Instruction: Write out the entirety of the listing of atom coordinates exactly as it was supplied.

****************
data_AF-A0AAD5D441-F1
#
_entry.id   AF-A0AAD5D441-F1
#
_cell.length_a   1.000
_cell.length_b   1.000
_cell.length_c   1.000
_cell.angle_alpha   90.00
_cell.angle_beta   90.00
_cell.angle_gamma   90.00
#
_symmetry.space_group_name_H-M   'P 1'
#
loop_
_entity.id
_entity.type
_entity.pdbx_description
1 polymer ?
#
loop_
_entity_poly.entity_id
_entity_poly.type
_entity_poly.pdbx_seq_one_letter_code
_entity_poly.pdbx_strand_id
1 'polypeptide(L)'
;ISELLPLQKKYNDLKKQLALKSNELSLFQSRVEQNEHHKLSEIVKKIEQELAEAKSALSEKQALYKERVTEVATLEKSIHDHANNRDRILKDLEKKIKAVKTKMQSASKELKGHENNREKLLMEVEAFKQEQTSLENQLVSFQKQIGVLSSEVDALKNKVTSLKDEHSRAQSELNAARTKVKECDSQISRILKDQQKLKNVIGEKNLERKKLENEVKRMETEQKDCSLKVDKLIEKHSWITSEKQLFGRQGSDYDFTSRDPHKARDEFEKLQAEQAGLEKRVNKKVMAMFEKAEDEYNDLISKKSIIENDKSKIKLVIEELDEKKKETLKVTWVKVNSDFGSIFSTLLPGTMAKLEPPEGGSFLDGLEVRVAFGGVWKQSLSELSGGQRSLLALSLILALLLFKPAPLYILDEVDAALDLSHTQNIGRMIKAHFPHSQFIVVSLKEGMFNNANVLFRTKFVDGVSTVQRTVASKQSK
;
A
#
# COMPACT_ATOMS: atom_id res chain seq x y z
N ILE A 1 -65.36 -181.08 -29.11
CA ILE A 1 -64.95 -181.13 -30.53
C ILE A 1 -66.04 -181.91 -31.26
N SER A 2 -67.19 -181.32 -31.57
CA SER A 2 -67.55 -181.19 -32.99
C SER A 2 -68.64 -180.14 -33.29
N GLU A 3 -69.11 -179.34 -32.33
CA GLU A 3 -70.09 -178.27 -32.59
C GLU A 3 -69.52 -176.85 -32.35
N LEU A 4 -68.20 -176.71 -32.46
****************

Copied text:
data_AF-A0AAD5D441-F1
#
_entry.id   AF-A0AAD5D441-F1
#
_cell.length_a   1.000
_cell.length_b   1.000
_cell.length_c   1.000
_cell.angle_alpha   90.00
_cell.angle_beta   90.00
_cell.angle_gamma   90.00
#
_symmetry.space_group_name_H-M   'P 1'
#
loop_
_entity.id
_entity.type
_entity.pdbx_description
1 polymer ?
#
loop_
_entity_poly.entity_id
_entity_poly.type
_entity_poly.pdbx_seq_one_letter_code
_entity_poly.pdbx_strand_id
1 'polypeptide(L)'
;ISELLPLQKKYNDLKKQLALKSNELSLFQSRVEQNEHHKLSEIVKKIEQELAEAKSALSEKQALYKERVTEVATLEKSIHDHANNRDRILKDLEKKIKAVKTKMQSASKELKGHENNREKLLMEVEAFKQEQTSLENQLVSFQKQIGVLSSEVDALKNKVTSLKDEHSRAQSELNAARTKVKECDSQISRILKDQQKLKNVIGEKNLERKKLENEVKRMETEQKDCSLKVDKLIEKHSWITSEKQLFGRQGSDYDFTSRDPHKARDEFEKLQAEQAGLEKRVNKKVMAMFEKAEDEYNDLISKKSIIENDKSKIKLVIEELDEKKKETLKVTWVKVNSDFGSIFSTLLPGTMAKLEPPEGGSFLDGLEVRVAFGGVWKQSLSELSGGQRSLLALSLILALLLFKPAPLYILDEVDAALDLSHTQNIGRMIKAHFPHSQFIVVSLKEGMFNNANVLFRTKFVDGVSTVQRTVASKQSK
;
A
#
# COMPACT_ATOMS: atom_id res chain seq x y z
N ILE A 1 -65.36 -181.08 -29.11
CA ILE A 1 -64.95 -181.13 -30.53
C ILE A 1 -66.04 -181.91 -31.26
N SER A 2 -67.19 -181.32 -31.57
CA SER A 2 -67.55 -181.19 -32.99
C SER A 2 -68.64 -180.14 -33.29
N GLU A 3 -69.11 -179.34 -32.33
CA GLU A 3 -70.09 -178.27 -32.59
C GLU A 3 -69.52 -176.85 -32.35
N LEU A 4 -68.20 -176.71 -32.46